All holders of state-issued annual cannabis licenses are required to use the California Cannabis Track-and-Trace-METRC system to record, track, and maintain information about their cannabis and cannabis-product inventories and activities. This system is maintained by CalCannabis Cultivation Licensing, a division of the California Department of Food and Agriculture.
When Prop 64 was originally passed, the three regulatory agencies listed above created emergency cannabis regulations. Since that time, regulators have modified these laws to provide greater clarity to licensees and to address issues that have arisen since the emergency regulations went into effect in December 2017.
According to the California Cannabis Portal, these emergency cannabis regulations were officially re-adopted on June 4, 2018, and are now in effect as of June 6, 2018. The readopted emergency regulations will remain in effect for 180 days. During this time, the three licensing authorities will engage in the regular rulemaking process to adopt its final non-emergency regulations. A draft of these final regulations have been released and can be found here.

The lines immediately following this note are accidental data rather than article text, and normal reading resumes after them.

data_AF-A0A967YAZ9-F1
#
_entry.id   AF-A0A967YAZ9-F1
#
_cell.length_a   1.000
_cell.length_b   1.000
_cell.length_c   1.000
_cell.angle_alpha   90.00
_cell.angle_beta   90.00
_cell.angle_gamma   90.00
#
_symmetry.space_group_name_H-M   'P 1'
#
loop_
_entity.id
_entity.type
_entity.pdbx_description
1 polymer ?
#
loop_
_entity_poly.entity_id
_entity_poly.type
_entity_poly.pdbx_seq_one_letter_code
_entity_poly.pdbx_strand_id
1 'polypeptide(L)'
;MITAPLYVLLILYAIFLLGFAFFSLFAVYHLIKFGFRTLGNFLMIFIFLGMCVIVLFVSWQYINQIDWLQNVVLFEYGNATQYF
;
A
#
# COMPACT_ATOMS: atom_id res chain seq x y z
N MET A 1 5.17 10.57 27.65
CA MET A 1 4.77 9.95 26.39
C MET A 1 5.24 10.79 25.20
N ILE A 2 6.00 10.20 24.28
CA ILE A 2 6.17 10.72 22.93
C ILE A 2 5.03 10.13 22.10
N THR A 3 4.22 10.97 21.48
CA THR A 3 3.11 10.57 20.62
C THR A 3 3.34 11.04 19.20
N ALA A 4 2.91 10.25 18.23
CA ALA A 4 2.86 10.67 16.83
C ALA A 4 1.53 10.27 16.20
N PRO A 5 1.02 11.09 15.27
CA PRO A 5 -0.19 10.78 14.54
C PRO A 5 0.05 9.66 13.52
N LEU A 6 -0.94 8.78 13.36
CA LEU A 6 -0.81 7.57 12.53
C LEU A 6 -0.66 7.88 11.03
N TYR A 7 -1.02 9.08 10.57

Note: All local licenses (i.e. Santa Cruz County) must be obtained prior to state licenses.
Santa Cruz County Licensing
In unincorporated Santa Cruz County, cannabis cultivators, manufacturers, and distributors can apply for non-retail licenses. Retail licenses are needed for dispensaries, and other storefront shops. The County has already distributed 12 retail license, and does not plan to issue more in the near future.